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Case Of An Enlarged Bubble?


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#1 moh

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Posted 17 March 2017 - 06:56 PM

Today I unloaded the kiln to find that all pieces had a case of major bubbles. Smaller bubbles in tumblers, big quarter sized ones in larger vessels.

 

First thing on my troubleshooting mind was -- air pockets?

 

No, I can rule that out because my wedging/throwing hasn't changed in years and this is the first time to encounter this issue. And this issue materialized in every piece.

 

Glaze/clay fit issue? I have fired with this combo before without problem. But the glaze I used was commerical, so could be a faulty batch maybe.

 

Anywho, have you had this problem before?

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#2 glazenerd

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Posted 17 March 2017 - 07:06 PM

Bloating. >> clay problem, not glaze.  New box of clay?



#3 oldlady

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Posted 17 March 2017 - 07:51 PM

happened to me.  new clay.  manufacturer checked the date and gave me new boxes.


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#4 Min

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Posted 17 March 2017 - 09:00 PM

Did you overfire the kiln? Can also get that bloating if clay is fired past maturity, it starts to break down and off-gas causing the bloats.


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#5 moh

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Posted 17 March 2017 - 09:25 PM

@glazenerd, @oldlady -- How do you remedy this? The batch is from January 2017 so relatively new..

 

@min - Checked the temp on the firing, it did not go over the ^5 intended.



#6 curt

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Posted 17 March 2017 - 10:21 PM

If the bloating is caused by inadequate organic burnout (which is the usual cause), alter your BISQUE firing program to include a one hour soak at 800 degrees Celsius on the way up. Also make sure your kiln has adequate airflow (all bungs out, lid just cracked,or whatever gets a bit of air in) during the firing as this is necessary for the organic burnout process.

#7 glazenerd

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Posted 17 March 2017 - 10:49 PM

As a point of curiosity: wire off a slab and inspect it for color veining: it should be uniform in color. Check to see if there are white or dark brown specks.   Then follow Curt's recommendation. You did not specify; but I would assume this is stoneware.



#8 Magnolia Mud Research

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Posted 18 March 2017 - 12:59 PM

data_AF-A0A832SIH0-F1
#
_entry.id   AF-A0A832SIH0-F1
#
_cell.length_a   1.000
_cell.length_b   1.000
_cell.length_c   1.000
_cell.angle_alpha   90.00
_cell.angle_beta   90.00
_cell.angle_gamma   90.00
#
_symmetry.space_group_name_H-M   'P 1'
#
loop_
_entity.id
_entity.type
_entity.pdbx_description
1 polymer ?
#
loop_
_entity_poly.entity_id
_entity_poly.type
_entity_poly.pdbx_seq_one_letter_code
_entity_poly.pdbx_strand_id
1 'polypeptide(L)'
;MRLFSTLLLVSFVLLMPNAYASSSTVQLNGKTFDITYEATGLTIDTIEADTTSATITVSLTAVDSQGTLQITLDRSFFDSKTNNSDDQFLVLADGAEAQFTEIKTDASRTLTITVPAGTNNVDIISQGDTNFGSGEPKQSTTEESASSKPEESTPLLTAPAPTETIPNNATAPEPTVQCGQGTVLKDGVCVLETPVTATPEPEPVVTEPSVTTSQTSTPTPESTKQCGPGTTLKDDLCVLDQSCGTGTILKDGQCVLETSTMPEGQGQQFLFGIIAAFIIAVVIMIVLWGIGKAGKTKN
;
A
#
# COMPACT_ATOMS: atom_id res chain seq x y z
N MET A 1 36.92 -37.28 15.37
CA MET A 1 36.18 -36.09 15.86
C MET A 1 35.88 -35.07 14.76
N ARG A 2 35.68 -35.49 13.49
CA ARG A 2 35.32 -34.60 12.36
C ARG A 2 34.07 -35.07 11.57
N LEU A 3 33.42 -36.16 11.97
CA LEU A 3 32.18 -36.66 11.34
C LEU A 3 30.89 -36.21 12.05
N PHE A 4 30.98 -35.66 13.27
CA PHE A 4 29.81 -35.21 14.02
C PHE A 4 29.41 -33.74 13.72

Make a small cone shaped test piece from your 'new' clay body and mount it like a cone in a cone pack.  include it in your next firing.  If you are over firing the test piece should show signs of deforming.   this is a good check out technique for suspect clays.
 
by 'cone shaped test piece' I mean a pinched piece of clay shaped like an large Orton cone or a large Orton stand-alone cone.
 
LT



#9 moh

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Posted 18 March 2017 - 02:22 PM

@glazenerd - this is porcelain

 

I did single out one factor that was different in the this firing.

I have a 10 cubic feet kiln and loaded only 30% of capacity for this firing. Does that sound like something that could cause issue like this?



#10 glazenerd

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Posted 18 March 2017 - 04:36 PM

It is rare to see bloating in porcelain because of the purity level of kaolin. However, some porcelain bodies do incorporate ball clay/s as a plasticizer. However, in this case I have reason to think that potassium was used as a flux in lieu of sodium. I have seen this kind of bloating when experimenting with porcelain bodies that incorporated mica and pearl ash (pure potassium/s) in too high of a level. (over-fluxed)

 

In your first picture: the bottom of the piece is pure white on a pure white body. As you move up the side wall, you can see a shift to a tan'ish color underneath the white glaze: a classic sign of potassium fluxes. Potassium is the off-gassing hog of the KNaO group; and it will discolor a porcelain body; if it is over fluxed.

 

Potassium flux test

 

The bottom of this test bar is pure white (vitrified), and it turns the tan color as you move up the bar: as seen in your sidewalls. As potassium off gases, most of the gas remains inside of the body: only about 3-5% is off gassed into the kiln atmosphere. When potters turn their pieces upside down and fire on the rim: they assume the gas is trapped inside- not true. Sublimation requires a complex answer, so I will leave it at that.  So I would put potassium (too much) as the primary cause at this point.